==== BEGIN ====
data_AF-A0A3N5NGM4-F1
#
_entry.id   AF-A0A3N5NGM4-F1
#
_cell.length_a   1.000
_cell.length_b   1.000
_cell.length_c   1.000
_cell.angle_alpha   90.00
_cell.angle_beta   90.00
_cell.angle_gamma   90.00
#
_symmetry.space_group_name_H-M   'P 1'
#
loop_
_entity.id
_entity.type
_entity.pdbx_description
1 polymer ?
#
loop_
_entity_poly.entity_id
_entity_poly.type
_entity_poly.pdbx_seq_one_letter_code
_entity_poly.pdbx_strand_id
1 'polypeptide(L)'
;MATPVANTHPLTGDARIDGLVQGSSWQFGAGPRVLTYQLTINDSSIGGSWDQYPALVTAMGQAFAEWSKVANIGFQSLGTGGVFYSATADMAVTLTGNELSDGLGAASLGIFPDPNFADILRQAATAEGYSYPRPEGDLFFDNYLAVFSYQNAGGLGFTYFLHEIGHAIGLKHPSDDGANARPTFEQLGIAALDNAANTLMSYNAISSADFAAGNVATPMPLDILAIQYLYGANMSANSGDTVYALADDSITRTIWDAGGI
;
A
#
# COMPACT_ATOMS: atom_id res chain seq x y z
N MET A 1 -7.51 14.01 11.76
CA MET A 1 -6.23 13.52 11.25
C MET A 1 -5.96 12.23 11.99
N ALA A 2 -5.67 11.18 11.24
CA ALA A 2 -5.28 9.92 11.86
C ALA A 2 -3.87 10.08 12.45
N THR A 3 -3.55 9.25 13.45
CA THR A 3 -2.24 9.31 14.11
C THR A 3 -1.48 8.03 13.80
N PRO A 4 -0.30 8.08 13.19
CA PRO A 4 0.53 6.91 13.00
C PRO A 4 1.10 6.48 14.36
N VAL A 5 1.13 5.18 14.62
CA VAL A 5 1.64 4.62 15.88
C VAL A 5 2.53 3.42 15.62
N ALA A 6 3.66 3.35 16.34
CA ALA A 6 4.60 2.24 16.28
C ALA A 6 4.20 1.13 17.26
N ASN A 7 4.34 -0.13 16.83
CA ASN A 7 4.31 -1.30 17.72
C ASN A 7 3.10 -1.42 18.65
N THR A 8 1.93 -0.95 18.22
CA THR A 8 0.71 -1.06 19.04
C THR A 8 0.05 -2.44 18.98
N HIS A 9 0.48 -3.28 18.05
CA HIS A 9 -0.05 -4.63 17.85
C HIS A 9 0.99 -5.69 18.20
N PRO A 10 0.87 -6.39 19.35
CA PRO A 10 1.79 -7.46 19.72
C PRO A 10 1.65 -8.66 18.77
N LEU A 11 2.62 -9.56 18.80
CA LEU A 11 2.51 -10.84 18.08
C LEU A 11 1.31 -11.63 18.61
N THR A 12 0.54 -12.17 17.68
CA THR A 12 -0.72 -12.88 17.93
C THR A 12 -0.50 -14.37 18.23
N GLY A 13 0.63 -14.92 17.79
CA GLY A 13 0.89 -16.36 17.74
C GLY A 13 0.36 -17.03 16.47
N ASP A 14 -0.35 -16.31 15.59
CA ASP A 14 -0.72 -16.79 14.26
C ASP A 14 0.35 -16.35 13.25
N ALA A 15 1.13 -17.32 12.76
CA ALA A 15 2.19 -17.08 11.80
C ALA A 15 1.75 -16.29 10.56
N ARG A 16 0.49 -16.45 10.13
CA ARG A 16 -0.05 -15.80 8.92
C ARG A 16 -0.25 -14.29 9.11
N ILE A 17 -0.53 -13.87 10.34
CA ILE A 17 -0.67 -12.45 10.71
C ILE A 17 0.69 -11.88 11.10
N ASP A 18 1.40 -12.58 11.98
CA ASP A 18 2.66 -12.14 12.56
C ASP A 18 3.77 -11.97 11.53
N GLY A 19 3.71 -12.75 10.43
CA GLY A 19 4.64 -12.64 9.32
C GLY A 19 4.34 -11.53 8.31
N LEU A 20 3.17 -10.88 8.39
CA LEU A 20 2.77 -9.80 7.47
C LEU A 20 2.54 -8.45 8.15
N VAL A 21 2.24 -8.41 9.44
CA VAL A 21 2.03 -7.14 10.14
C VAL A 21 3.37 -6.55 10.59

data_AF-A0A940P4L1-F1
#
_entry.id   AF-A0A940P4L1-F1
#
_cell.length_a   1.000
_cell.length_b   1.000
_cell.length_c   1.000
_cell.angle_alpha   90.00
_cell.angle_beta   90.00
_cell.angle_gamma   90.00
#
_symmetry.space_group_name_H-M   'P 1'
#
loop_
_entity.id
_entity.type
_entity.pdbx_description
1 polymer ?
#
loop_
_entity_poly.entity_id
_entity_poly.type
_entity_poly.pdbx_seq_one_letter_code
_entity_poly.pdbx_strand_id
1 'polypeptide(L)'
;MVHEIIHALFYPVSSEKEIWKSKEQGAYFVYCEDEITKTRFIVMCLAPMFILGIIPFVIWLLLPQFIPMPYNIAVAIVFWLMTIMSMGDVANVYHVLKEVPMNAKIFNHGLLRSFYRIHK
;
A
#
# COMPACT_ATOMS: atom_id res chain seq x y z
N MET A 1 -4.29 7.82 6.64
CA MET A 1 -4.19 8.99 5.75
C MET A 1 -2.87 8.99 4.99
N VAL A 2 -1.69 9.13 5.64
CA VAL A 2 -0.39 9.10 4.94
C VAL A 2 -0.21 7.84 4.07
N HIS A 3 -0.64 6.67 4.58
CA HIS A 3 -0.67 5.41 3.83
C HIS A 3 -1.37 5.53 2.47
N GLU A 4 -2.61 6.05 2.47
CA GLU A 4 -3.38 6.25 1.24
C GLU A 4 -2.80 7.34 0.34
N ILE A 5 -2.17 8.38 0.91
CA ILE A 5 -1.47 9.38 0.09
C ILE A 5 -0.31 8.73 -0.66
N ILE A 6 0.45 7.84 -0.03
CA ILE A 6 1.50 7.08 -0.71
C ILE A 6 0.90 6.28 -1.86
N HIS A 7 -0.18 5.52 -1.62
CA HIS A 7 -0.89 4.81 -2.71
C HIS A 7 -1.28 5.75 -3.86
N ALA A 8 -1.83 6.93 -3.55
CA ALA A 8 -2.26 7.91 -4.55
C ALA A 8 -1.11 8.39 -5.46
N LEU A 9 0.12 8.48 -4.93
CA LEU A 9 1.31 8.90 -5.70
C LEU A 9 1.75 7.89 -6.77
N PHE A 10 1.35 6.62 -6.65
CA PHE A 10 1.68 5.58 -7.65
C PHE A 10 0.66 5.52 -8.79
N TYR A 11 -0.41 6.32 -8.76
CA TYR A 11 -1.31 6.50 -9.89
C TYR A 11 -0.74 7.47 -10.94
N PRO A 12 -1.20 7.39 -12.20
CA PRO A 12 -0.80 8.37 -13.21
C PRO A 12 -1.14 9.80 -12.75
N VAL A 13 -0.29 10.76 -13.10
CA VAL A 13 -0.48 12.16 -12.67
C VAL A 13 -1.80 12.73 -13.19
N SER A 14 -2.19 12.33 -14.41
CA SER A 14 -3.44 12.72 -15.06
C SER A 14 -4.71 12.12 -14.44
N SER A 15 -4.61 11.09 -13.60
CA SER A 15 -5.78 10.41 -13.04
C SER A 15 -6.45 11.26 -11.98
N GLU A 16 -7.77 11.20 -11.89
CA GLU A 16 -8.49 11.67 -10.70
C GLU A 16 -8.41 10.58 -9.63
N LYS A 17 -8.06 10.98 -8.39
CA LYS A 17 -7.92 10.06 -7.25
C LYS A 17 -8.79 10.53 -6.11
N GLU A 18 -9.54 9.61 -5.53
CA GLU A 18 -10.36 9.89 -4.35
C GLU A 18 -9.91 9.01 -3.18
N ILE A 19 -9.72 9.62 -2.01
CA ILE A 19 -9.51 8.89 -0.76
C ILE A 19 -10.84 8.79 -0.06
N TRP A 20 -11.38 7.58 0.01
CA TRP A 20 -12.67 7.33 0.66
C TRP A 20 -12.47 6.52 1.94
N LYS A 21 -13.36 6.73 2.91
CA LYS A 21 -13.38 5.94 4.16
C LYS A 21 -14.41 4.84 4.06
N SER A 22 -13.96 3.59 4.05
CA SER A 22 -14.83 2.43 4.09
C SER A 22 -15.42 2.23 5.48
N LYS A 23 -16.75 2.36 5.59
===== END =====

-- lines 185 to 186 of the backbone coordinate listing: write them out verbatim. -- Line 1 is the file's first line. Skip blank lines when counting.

CA LYS A 21 -13.38 5.94 4.16
C LYS A 21 -14.41 4.84 4.06